Things That Matter, and Things That Don'tToday seems to be the day for everyone to slam the President's position on marriage equality. And by 'everyone', I mean not just liberals but the Washington press corps and the chair of the RNC (Dave Weigel eviscerates Priebus' idiocy).
And somehow, lost in this discussion is the single most important point: it doesn't matter.
The President's 'opposition' (whether sincere, halfhearted, or feigned) is inconsequential in the most literal sense of the word: it has no consequences. It does not affect marriage equality either way.
With one big glaring exception, marriage laws are entirely the province of the states. The President of the United States has no authority over them. It matters what governors think about marriage equality, or what state legislators think, or what the voters in North Carolina and Minnesota think (this election cycle) and what California voters thought in 2008 (and will think next time it's on the ballot). It does not matter what the President thinks.
The big glaring exception, of course, is DOMA, which creates a Federal barrier to marriage equality. (Limited-government conservatives consider this
It is possible that marriage equality will be federalized in the not-too-distant future, because of a Federal-court challenge to a state law. That's a matter for the judicial branch, and (again) not within the President's authority to affect one way or the other.
And yeah, in theory, Congress could pass a law mandating marriage equality, or Congress and 38 states could pass a constitutional amnedment, but really: naga happen. Which means the President's opinion on these hypotheticals (whatever it is) is about as consequential as his opinions about unicorn sex.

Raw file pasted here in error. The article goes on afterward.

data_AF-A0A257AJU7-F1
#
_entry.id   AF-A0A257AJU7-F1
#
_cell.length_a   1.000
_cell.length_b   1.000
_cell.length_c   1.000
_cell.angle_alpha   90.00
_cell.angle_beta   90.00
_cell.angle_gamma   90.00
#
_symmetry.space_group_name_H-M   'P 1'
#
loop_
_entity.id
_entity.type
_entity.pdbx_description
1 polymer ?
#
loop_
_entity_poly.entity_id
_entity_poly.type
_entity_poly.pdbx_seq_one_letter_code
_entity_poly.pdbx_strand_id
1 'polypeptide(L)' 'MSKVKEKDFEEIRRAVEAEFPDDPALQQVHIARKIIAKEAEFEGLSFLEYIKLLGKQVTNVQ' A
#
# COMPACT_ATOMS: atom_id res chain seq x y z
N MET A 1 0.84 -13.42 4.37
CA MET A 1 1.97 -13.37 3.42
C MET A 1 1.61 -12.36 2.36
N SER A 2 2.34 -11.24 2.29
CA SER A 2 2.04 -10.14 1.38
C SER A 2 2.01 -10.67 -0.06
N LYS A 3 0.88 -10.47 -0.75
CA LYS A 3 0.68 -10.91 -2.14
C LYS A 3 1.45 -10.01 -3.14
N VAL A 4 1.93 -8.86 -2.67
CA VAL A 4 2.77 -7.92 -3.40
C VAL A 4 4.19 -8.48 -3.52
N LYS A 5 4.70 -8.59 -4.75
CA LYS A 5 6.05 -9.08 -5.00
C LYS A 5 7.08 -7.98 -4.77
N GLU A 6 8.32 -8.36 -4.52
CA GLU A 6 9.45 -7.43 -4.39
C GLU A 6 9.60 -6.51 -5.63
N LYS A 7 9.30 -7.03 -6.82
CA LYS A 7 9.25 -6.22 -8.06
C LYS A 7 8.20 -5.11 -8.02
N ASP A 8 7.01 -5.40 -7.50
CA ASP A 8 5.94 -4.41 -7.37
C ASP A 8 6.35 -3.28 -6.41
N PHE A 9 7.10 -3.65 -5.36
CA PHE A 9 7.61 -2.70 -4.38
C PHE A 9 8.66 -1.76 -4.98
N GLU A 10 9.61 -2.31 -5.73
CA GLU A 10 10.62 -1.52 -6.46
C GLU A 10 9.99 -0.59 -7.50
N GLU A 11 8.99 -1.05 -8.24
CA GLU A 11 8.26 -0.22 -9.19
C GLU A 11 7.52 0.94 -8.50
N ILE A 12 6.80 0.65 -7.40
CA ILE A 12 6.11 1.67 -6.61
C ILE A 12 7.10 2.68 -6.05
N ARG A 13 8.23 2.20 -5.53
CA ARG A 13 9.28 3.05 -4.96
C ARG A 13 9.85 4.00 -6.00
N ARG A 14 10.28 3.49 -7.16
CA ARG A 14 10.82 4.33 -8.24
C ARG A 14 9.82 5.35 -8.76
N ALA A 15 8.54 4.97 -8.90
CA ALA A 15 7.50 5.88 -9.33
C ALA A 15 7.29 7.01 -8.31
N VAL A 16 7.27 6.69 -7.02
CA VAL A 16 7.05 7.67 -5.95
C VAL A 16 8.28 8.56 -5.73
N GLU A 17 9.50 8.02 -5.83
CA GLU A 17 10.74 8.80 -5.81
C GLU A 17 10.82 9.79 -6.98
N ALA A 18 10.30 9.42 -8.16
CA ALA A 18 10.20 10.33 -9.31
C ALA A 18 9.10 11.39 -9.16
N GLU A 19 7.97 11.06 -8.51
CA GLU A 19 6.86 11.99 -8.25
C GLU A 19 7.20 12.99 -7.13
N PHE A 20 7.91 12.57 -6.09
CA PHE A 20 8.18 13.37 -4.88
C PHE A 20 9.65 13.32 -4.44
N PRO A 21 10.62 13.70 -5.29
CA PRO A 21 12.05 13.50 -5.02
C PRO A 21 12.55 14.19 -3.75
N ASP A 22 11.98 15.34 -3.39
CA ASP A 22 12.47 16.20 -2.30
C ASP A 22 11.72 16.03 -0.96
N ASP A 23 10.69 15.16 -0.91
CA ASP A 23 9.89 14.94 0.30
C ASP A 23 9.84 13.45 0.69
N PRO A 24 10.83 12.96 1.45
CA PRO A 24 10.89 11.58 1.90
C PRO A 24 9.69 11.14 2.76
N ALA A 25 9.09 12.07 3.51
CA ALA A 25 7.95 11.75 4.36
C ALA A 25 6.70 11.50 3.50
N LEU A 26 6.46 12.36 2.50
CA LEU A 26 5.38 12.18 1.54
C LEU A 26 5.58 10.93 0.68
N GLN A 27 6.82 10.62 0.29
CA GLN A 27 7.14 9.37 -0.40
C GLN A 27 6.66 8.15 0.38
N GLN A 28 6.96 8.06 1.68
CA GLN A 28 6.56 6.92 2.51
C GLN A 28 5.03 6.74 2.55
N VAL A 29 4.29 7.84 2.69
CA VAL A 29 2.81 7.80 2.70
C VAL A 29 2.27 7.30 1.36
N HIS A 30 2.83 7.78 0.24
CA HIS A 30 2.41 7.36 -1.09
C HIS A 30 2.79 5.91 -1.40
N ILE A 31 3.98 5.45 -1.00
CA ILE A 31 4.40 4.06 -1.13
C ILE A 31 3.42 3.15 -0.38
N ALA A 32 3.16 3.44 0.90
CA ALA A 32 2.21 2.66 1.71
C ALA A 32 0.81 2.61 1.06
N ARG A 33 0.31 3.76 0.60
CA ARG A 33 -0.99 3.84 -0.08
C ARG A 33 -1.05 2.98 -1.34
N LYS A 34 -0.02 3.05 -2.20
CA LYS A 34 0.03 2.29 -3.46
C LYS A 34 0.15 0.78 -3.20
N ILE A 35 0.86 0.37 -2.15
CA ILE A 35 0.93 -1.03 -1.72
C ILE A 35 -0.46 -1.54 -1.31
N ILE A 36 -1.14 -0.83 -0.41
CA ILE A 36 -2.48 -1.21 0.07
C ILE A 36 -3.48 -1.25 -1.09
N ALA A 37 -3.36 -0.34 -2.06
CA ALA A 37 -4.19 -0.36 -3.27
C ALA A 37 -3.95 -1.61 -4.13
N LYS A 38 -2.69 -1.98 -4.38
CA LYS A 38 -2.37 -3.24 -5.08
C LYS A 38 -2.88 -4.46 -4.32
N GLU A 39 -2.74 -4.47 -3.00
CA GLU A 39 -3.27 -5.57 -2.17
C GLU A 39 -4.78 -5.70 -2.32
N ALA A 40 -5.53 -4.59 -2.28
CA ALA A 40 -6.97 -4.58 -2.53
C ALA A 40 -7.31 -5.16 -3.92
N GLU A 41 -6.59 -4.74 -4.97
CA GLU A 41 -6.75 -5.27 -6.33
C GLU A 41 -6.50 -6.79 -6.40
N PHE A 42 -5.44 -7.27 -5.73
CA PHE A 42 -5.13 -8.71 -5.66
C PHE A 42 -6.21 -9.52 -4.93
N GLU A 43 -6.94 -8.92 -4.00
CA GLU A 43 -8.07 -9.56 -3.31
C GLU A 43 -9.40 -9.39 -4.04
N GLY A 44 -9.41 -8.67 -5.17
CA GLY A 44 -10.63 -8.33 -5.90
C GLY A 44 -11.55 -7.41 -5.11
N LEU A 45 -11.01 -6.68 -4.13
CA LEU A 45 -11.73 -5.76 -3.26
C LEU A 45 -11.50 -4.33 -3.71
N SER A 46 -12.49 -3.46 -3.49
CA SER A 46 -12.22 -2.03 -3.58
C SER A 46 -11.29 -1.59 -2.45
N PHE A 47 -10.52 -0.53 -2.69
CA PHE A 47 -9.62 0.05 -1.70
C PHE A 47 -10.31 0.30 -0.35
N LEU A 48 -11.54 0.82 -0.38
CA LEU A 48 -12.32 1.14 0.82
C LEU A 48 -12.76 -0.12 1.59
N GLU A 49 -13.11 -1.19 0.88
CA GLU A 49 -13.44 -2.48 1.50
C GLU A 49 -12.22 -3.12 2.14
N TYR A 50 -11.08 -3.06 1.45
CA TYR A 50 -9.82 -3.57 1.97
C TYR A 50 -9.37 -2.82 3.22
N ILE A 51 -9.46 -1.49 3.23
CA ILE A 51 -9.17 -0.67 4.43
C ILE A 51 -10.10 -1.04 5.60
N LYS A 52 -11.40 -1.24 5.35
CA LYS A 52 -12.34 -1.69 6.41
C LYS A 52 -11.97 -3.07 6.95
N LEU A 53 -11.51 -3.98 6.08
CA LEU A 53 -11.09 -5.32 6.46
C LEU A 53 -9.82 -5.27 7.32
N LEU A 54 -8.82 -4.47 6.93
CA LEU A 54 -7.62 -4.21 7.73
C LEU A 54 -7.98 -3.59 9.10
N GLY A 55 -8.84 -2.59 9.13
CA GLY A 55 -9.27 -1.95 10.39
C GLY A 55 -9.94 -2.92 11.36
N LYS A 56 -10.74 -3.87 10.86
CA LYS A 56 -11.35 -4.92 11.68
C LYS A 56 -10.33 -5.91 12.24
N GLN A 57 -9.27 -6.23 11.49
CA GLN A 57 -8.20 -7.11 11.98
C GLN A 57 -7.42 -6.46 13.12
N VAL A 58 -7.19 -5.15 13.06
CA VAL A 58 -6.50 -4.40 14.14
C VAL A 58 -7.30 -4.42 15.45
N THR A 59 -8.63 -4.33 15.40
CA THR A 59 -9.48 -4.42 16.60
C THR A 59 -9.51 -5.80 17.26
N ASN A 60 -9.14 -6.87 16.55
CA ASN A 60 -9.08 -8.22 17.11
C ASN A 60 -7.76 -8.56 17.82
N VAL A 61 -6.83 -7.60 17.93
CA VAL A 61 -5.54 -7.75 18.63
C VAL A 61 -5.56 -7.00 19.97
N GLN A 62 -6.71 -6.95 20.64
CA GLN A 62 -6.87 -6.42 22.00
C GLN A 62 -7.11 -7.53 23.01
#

Of course, the President is free to comment on state-level marriage laws. Which he has done, opposing anti-marriage-equality initiatives in North Carolina and Minnesota. Just as, four years ago, he opposed Proposition 8. So, y'know, there's that.
So it comes down to this: the one thing the President has the latitude to do that would have a concrete, practical impact on marriage equality, he has done. And where he doesn't have the authority, he has taken a stand. (Maybe not as forcefully or as frequently as some people would like, but he has taken a stand.)
This is a thing that drives me nuts about 'progressives'. This obsession with posturing over governing, with symbolic gestures over practical impact. There are legitimate complaints about the President's record on LGBT rights (e.g., not issuing an executive order mandating non-discrimination by Federal contractors); there is also the perspective that the President has done more for LGBT rights than any previous president, while Romney has committed to aggressively moving things backwards. When the conversation is about what he says about an issue that is largely out of his control, both of these points are lost.
And when the focus on the inconsequential crowds out the things that have a practical impact, we lose. Progressives lose, liberals lose, Democrats lose, everyone who wants to have a fact-based discourse loses, everyone who wants government to solve real problems loses.
Keep your eye on the ball. Everything depends on that.